KQED News social media editor Olivia Allen-Price gets her flu shot. (Lisa Pickoff-White/KQED) By Tara Haelle, NPR Brace yourselves: Flu season is coming. And along with the coughing, fevers and aches you can expect a lot of unreliable or downright wrong information about the flu vaccine. Flu kills more ...Read More
Wearables and health apps made a multi-billion-dollar industry out of healthy peoples' desires to count calories and rack up steps. Now can this technology make the transition to a medical setting, to help people with chronic illnesses?
(iStock/Getty Images) By Joe Rubin Senate Bill 835 was crafted as a measure aimed at limiting antibiotic use in livestock. To those concerned about the growing problem of antibiotic resistance, it might seem surprising that Gov. Jerry Brown vetoed the bill earlier this week. Yet advocates believe that in ...Read More
While many run from the Ebola outbreak in West Africa, some brave souls are running toward the region to help. Dr. James Appel is one of those. Trained in the Inland Empire at the Loma Linda University School of Medicine, he's been working for Adventist Health International at hospitals in ...Read More
UCSF researchers aim to predict whether children will develop dyslexia before they show signs of reading and speech problems, using a variety of methods including MRI brain scans.
A security guard walks the perimeter of the Almaden Reservoir in San Jose. (Justin Sullivan/Getty Images) Public health experts say the state's historic drought is partly to blame for the recent rise in West Nile virus infections. Cases this year have more than doubled ...Read More
California law requires that children entering kindergarten be fully vaccinated against a range of diseases. But the rate of parents opting out of vaccines for their children has doubled since 2007. Look up information about schools here.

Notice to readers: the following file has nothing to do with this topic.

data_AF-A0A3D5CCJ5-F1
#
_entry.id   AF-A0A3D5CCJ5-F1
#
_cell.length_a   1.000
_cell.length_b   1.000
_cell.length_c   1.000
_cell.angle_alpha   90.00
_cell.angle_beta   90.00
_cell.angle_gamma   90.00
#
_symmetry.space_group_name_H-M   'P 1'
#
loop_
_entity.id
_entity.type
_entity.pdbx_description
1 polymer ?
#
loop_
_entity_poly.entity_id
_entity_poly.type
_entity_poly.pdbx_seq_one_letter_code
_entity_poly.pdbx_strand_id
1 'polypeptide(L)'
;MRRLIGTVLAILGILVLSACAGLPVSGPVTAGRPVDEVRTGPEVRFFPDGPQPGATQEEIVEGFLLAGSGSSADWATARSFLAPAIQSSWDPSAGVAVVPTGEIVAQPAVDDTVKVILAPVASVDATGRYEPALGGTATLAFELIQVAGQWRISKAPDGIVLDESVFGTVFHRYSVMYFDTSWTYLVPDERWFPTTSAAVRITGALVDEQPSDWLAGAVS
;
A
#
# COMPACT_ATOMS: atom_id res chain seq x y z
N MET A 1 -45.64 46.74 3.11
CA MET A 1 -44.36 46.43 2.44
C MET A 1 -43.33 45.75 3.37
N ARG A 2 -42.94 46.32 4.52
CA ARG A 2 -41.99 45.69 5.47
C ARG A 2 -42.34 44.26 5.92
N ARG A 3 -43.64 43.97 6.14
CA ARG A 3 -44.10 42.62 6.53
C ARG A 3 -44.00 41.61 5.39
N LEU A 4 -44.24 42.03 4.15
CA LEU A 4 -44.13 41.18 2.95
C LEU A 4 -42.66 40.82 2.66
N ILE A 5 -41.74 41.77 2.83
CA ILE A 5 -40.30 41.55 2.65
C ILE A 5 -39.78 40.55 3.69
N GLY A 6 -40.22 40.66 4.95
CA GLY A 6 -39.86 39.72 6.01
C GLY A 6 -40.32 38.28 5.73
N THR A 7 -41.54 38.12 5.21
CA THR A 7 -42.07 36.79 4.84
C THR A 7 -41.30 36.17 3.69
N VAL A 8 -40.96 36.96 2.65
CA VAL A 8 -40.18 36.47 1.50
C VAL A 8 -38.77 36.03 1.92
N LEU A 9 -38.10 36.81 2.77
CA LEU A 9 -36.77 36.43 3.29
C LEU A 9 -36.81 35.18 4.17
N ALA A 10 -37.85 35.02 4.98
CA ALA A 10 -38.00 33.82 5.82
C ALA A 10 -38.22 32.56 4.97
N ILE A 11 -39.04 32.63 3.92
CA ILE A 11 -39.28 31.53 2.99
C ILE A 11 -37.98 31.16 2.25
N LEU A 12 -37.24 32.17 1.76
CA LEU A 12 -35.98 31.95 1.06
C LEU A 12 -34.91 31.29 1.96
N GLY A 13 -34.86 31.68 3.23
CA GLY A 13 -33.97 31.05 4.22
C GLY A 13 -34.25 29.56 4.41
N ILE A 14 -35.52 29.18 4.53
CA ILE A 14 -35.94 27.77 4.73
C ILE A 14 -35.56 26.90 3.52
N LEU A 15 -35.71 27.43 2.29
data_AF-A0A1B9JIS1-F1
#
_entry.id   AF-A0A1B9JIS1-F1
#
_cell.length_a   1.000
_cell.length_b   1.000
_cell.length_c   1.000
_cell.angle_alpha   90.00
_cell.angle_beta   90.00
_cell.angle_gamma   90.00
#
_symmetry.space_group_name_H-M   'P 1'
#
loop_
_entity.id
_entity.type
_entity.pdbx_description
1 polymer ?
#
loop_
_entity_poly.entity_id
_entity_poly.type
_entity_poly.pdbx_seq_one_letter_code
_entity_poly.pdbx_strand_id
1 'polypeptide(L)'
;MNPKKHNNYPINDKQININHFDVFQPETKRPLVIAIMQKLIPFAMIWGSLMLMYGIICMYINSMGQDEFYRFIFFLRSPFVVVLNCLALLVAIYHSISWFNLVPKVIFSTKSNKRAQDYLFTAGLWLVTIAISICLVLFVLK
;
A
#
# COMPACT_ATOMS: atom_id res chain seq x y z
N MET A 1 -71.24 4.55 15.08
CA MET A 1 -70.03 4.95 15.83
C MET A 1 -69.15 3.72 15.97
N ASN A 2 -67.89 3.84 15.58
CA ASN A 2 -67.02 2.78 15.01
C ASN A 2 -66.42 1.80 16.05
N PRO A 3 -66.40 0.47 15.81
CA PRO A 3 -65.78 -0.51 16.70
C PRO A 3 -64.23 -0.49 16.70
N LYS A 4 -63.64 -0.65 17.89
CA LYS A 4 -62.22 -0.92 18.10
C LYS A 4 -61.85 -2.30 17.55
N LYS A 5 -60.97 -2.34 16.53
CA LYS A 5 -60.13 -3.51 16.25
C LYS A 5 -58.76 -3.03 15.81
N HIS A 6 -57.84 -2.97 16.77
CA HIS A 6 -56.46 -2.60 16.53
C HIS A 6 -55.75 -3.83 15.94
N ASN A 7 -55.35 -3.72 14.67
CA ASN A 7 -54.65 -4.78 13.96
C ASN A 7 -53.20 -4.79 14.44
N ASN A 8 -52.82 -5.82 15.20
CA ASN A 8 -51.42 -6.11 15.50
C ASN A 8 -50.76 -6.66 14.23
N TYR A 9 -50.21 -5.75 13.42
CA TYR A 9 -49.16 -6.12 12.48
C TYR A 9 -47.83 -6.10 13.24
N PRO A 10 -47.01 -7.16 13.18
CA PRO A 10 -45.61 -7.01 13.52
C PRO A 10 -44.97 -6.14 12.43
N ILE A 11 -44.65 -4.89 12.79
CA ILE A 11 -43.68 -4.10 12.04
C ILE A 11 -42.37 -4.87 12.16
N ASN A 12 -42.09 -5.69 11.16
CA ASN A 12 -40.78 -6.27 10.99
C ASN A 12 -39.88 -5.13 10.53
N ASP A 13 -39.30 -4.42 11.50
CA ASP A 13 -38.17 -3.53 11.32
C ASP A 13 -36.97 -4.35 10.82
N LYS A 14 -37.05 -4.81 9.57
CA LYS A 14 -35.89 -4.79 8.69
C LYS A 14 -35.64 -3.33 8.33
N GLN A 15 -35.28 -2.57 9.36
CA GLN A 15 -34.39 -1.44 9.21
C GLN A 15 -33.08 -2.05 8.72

By Richard Harris, NPR Ian Glomski thought he was going to make a difference in the fight to protect people from deadly anthrax germs. He had done everything right — attended one top university, landed an assistant professorship at another. But Glomski ran head-on into an unpleasant reality: These days, ...Read More
The magnitude-6.0 earthquake struck Aug. 24. (Craig Miller/KQED) A 65-year-old woman who suffered a head injury when a television struck her during last month's earthquake in California's wine country has died — the first death attributed to the magnitude-6.0 quake, sheriff's officials said. Laurie Anne Thompson was at her Napa home during ...Read More
Jirayut “New” Latthivongskorn, a newly-minted medical student at UCSF. By Mina Kim I first met Jirayut “New” Latthivongskorn a little over two years ago. He was completing his undergraduate degree at UC Berkeley and had dreams of going to medical school. But he had no idea if he'd ever get there. Latthivongskorn is ...Read More
Scientists recently fixed a broken gene in a fertilized mouse egg and prevented the mouse from getting an ultimately fatal form of muscular dystrophy. This study may one day translate into gene therapies that will treat and maybe even reverse certain effects of the disease.
West Nile virus is hosted primarily by birds — and spread by mosquitos. (Getty Images) West Nile Virus infections in mosquitoes are at their highest recorded level ever in California. Last week, 52 new human cases were reported, bringing the total to 181. Eight people have died from the illness. “If you're out ...Read More
Two new California laws aim to keep flame-retardant chemicals out of furniture. But how can consumers know for sure?
Babies should only be given breastmilk or infant formula, unless directed differently by a doctor. (Christopher Lance/Flickr) By Brian Lau Were you at a Labor Day barbecue last weekend? Did you drink soda? Sweet tea? Or maybe vitamin water? Sugar-sweetened drinks are a known risk factor for obesity, and according to ...Read More
(Getty Images) Update September 2, 6:05 p.m.: A judge ruled Tuesday that Berkeley officials must change the soda tax measure language because it is currently misleading. Alameda County Superior Court Judge Evelio Grillo said the city's statement that the tax would only be imposed on “high-calorie, sugary drinks” is “a form of ...Read More
About one-third of women under 40 diagnosed with breast cancer in California choose double mastectomy. (Getty Images) By Nancy Shute, NPR More women are choosing to have bilateral mastectomies when they are diagnosed with early-stage breast cancer, even though there's little evidence that removing both breasts improves their survival compared ...Read More
What if everyone could clearly see their phone and computer screens without wearing eyeglasses or contact lenses? Researchers have developed new vision-correcting display technology that could help make this a reality.